Unsold clothing law: everything you need to know
Unsold clothing law: everything you need to know

Unsold clothing law: everything you need to know

The European Union recently took a decisive step forward by adopting legislation to put an end to the destruction of unsold clothing. This initiative marks a significant shift in the way industries approach sustainability. For Maison Broussaud, a French sock manufacturer, this development highlights the growing importance of eco-design and environmental responsibility. In this article, we examine in detail the implications of this new law, its impact, the role of the Digital Passport and the reactions of the European sector.


Why is the ban on the destruction of unsold clothing important?

The recent law on the destruction of unsold clothing marks a major turning point in the fight against waste. This decision aims to fundamentally transform the way companies manage their surplus products.

The ban does not affect small businesses and will take effect two years after the law is enacted. A period of six years will be granted to medium-sized companies. Importantly, it marks the end of a harmful practice which has long characterized the fashion industry .

Now, businesses will need to rethink their approach to production and inventory management. This transition towards sustainability will help reduce waste , but also encourage more responsible practices.

Good to know : Large companies will be required to disclose each year the number of products scrapped and to justify this practice. unsold clothes


How does the new legislation promote ecodesign?

As we have discussed, this new European law marks a significant step forward towards a more sustainable approach to clothing production. By putting an end to the destruction of unsold goods, it encourages companies to rethink their design processes and minimize their environmental impact.

The legislation will introduce specific requirements that aim to make products more reliable, reusable and repairable. It therefore encourages the use of sustainable materials and production practices that respect the environment . The objective is to promote the circular economy, in particular for high-impact products such as textiles. This transition to eco-design paves the way for better quality clothing , designed to last. It thus helps to reduce overconsumption and waste.

At Maison Broussaud, we have long been pioneers in eco-design. Our high-end socks are the result of certified artisanal know-how and numerous commitments . In our French sock factory , we adopt eco-responsible manufacturing practices. We strive to minimize our environmental impact, while providing quality products to our customers.


What role does the “Digital Passport” play in the transformation of consumption?

At the heart of this new European law, we find a revolutionary initiative: the “Digital Passport” . For Maison Broussaud and other companies concerned with transparency, this concept promotes an era where consumers can make more informed and responsible choices.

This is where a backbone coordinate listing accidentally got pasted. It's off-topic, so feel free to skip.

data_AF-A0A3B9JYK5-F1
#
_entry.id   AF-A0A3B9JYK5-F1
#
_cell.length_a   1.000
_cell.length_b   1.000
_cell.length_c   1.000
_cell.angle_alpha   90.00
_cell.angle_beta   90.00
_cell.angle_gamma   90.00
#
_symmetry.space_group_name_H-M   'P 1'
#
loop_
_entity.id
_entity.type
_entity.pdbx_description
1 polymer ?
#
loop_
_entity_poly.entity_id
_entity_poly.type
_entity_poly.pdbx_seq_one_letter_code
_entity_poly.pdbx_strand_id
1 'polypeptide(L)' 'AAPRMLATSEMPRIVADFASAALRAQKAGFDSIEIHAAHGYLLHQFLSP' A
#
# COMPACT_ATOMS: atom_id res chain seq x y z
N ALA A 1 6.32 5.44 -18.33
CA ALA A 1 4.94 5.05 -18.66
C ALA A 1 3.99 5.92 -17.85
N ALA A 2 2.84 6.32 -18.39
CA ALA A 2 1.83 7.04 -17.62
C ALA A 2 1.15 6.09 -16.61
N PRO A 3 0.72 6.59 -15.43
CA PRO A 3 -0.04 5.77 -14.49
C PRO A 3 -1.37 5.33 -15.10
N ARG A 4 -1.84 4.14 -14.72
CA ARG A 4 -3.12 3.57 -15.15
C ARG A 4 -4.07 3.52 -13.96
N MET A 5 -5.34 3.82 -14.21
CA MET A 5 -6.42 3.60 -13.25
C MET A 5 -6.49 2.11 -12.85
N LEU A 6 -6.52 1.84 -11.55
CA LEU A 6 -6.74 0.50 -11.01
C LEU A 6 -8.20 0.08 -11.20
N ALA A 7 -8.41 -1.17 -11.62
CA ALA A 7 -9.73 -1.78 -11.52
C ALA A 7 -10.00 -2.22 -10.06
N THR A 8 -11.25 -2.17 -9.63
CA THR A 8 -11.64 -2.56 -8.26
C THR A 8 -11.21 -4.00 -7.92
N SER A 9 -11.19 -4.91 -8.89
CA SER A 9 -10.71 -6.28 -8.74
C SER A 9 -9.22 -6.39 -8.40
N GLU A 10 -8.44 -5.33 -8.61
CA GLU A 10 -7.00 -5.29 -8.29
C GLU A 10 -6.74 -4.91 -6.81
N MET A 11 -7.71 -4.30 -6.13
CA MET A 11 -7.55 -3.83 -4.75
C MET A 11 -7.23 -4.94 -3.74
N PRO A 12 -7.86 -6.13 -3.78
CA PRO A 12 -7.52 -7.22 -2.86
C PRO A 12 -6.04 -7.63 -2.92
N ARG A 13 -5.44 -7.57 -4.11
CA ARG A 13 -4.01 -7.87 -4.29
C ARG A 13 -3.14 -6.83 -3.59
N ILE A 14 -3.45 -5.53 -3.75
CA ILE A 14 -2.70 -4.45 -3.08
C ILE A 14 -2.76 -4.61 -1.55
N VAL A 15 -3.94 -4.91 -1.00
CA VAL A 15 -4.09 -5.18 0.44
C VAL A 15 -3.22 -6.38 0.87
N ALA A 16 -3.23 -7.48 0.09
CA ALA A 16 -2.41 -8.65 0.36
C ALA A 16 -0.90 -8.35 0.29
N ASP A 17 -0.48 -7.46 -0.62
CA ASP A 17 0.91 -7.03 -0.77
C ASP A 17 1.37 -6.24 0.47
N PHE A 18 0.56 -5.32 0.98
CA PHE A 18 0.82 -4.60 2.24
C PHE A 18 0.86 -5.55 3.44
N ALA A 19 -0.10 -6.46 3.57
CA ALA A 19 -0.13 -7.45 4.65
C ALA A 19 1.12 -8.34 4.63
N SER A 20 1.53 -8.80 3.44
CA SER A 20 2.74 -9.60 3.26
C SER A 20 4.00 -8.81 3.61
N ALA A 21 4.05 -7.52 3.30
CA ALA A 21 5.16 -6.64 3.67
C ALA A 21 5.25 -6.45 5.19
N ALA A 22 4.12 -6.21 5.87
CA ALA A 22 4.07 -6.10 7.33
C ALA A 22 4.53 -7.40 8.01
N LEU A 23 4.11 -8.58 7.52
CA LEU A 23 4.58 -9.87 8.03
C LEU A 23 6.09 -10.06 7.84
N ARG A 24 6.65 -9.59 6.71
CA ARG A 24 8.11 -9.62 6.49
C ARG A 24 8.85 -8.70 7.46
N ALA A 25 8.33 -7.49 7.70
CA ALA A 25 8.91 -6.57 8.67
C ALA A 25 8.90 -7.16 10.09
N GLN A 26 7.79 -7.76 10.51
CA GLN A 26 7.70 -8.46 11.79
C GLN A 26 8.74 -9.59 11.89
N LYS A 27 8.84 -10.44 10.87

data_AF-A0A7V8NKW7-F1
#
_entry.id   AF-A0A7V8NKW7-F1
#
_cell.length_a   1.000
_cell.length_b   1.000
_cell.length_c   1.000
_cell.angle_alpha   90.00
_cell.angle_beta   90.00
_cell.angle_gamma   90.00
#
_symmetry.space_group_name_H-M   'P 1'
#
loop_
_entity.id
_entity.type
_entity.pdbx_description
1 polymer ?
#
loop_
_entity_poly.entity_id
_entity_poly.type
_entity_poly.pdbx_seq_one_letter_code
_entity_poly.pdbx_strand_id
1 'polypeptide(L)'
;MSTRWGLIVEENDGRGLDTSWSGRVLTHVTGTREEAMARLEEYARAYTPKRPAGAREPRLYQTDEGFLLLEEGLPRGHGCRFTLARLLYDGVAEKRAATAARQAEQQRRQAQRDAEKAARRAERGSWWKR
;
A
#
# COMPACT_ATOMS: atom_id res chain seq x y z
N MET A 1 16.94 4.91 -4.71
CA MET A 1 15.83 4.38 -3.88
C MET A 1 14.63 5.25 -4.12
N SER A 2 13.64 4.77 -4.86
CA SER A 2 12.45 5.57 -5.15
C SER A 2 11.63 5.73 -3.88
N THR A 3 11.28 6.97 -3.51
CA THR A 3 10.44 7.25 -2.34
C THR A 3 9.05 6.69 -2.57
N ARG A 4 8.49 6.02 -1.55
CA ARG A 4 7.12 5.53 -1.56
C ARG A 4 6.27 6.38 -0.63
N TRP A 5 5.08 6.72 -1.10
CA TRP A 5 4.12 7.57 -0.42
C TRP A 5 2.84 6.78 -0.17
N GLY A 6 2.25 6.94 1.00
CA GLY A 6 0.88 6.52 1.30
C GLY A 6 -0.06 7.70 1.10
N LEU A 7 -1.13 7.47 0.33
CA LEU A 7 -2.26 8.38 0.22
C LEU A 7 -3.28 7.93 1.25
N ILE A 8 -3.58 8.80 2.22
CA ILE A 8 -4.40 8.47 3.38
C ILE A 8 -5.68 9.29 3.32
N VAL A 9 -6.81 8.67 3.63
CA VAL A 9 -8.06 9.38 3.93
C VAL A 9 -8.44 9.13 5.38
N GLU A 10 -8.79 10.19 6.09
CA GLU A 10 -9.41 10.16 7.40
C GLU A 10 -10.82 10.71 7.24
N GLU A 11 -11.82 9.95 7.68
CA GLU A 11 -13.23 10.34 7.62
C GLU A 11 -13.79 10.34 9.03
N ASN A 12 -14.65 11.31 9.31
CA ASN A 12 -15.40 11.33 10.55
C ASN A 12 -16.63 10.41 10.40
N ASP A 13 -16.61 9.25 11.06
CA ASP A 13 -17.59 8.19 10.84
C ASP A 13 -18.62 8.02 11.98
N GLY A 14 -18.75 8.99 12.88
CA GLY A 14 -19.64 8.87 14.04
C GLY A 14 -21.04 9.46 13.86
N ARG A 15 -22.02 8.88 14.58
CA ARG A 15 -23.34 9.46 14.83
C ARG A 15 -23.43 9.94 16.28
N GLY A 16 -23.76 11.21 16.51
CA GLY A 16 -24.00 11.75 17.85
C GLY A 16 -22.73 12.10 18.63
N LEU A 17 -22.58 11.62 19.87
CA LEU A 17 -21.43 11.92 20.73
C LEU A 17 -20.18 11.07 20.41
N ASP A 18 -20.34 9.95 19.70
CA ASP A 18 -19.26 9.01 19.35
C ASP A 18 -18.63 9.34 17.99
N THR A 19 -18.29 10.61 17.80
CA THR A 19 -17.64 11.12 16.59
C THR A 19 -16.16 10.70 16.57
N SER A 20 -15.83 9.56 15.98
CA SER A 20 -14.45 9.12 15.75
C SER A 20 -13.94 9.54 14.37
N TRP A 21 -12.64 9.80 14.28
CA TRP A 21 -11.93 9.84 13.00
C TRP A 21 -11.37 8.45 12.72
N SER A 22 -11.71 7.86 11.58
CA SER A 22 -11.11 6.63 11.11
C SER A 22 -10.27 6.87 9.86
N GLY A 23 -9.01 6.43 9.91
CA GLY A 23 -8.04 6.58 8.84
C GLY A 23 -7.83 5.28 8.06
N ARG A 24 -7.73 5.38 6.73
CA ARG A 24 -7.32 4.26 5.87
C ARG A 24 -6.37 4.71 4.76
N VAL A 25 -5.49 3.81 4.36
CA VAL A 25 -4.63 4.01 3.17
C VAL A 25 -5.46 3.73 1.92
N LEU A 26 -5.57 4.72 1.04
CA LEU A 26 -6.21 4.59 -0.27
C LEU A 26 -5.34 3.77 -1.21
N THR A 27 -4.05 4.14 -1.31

The Digital Passport takes the form of a “QR code” for each item of clothing and consumer product. This type of two-dimensional barcode contains essential information about the environmental impact of the item , its traceability and the materials used during its manufacture.

We welcome this initiative which enables informed purchasing decisions and more sustainable consumption practices . By providing consumers with clearer information about their products, we encourage transparency and build trust. unsold clothing law


What are the reactions of businesses and European employers?

    The historic agreement on the ban on the destruction of unsold clothing and the introduction of the Digital Passport is not without raising questions. Reactions are very mixed within businesses and European employers. While some welcome this progress towards a circular economy, others express concerns about these new administrative constraints.

    Alessandra Moretti, Social Democrat MEP, comments that it is time to end the “extract, make, throw away” model which is harmful not only to our planet, but also to our health and our economy. Markus Beyrer, Managing Director of BusinessEurope, welcomes the potential of this agreement to create a strong market for circular products . However, he also fears that the expected information requirements are unachievable and overburden businesses.

    Although the text has been negotiated for several months by the co-legislators of the European Union, it must still be formally approved by MEPs in plenary session and by the Member States.


    How does Maison Broussaud participate in more sustainable production?

    At Maison Broussaud , reducing waste is one of our priorities. Being a brand that manufactures socks, we have complete control of our stocks and our production. This is what gives us the opportunity to produce our accessories in small quantities and on demand, to avoid any overproduction.

    For each new collection of men's socks or women's socks , we try to use as much as possible the colors of yarn that we already have so as not to throw them away. The waste from the manufacturing of our socks is recycled as soon as possible by a French spinner. They simply allow you to reconstitute a new thread, to make new pairs of socks.

    We are convinced that this new European legislation represents an important step towards a more sustainable and responsible fashion sector. These changes give us the opportunity to strengthen our commitment to quality, sustainable products that respect our planet. We hope this development will further encourage businesses to contribute to creating a thriving circular economy .